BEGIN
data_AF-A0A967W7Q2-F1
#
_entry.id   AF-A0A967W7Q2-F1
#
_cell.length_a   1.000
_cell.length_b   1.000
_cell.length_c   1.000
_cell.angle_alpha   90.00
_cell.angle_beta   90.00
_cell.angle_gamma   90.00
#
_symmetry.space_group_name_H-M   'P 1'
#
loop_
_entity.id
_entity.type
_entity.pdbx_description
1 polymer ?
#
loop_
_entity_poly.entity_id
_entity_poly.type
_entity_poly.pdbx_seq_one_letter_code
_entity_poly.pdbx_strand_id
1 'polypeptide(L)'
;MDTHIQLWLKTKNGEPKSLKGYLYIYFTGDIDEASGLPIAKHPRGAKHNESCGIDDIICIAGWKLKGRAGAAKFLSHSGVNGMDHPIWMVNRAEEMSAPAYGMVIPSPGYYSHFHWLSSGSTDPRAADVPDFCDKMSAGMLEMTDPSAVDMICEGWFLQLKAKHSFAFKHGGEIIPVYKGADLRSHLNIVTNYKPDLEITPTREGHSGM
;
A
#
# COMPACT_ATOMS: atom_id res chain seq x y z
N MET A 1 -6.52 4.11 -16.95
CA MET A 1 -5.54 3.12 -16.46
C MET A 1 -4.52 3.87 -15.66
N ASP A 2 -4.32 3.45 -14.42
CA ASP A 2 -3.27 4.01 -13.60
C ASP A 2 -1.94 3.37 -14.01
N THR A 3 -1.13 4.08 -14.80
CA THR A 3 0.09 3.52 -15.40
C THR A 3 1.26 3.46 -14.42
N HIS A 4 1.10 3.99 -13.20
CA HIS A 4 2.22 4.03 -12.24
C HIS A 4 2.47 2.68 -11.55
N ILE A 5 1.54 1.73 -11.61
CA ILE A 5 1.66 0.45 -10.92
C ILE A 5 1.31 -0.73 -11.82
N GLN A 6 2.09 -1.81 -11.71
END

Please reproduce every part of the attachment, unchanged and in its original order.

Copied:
data_AF-A0A967W7Q2-F1
#
_entry.id   AF-A0A967W7Q2-F1
#
_cell.length_a   1.000
_cell.length_b   1.000
_cell.length_c   1.000
_cell.angle_alpha   90.00
_cell.angle_beta   90.00
_cell.angle_gamma   90.00
#
_symmetry.space_group_name_H-M   'P 1'
#
loop_
_entity.id
_entity.type
_entity.pdbx_description
1 polymer ?
#
loop_
_entity_poly.entity_id
_entity_poly.type
_entity_poly.pdbx_seq_one_letter_code
_entity_poly.pdbx_strand_id
1 'polypeptide(L)'
;MDTHIQLWLKTKNGEPKSLKGYLYIYFTGDIDEASGLPIAKHPRGAKHNESCGIDDIICIAGWKLKGRAGAAKFLSHSGVNGMDHPIWMVNRAEEMSAPAYGMVIPSPGYYSHFHWLSSGSTDPRAADVPDFCDKMSAGMLEMTDPSAVDMICEGWFLQLKAKHSFAFKHGGEIIPVYKGADLRSHLNIVTNYKPDLEITPTREGHSGM
;
A
#
# COMPACT_ATOMS: atom_id res chain seq x y z
N MET A 1 -6.52 4.11 -16.95
CA MET A 1 -5.54 3.12 -16.46
C MET A 1 -4.52 3.87 -15.66
N ASP A 2 -4.32 3.45 -14.42
CA ASP A 2 -3.27 4.01 -13.60
C ASP A 2 -1.94 3.37 -14.01
N THR A 3 -1.13 4.08 -14.80
CA THR A 3 0.09 3.52 -15.40
C THR A 3 1.26 3.46 -14.42
N HIS A 4 1.10 3.99 -13.20
CA HIS A 4 2.22 4.03 -12.24
C HIS A 4 2.47 2.68 -11.55
N ILE A 5 1.54 1.73 -11.61
CA ILE A 5 1.66 0.45 -10.92
C ILE A 5 1.31 -0.73 -11.82
N GLN A 6 2.09 -1.81 -11.71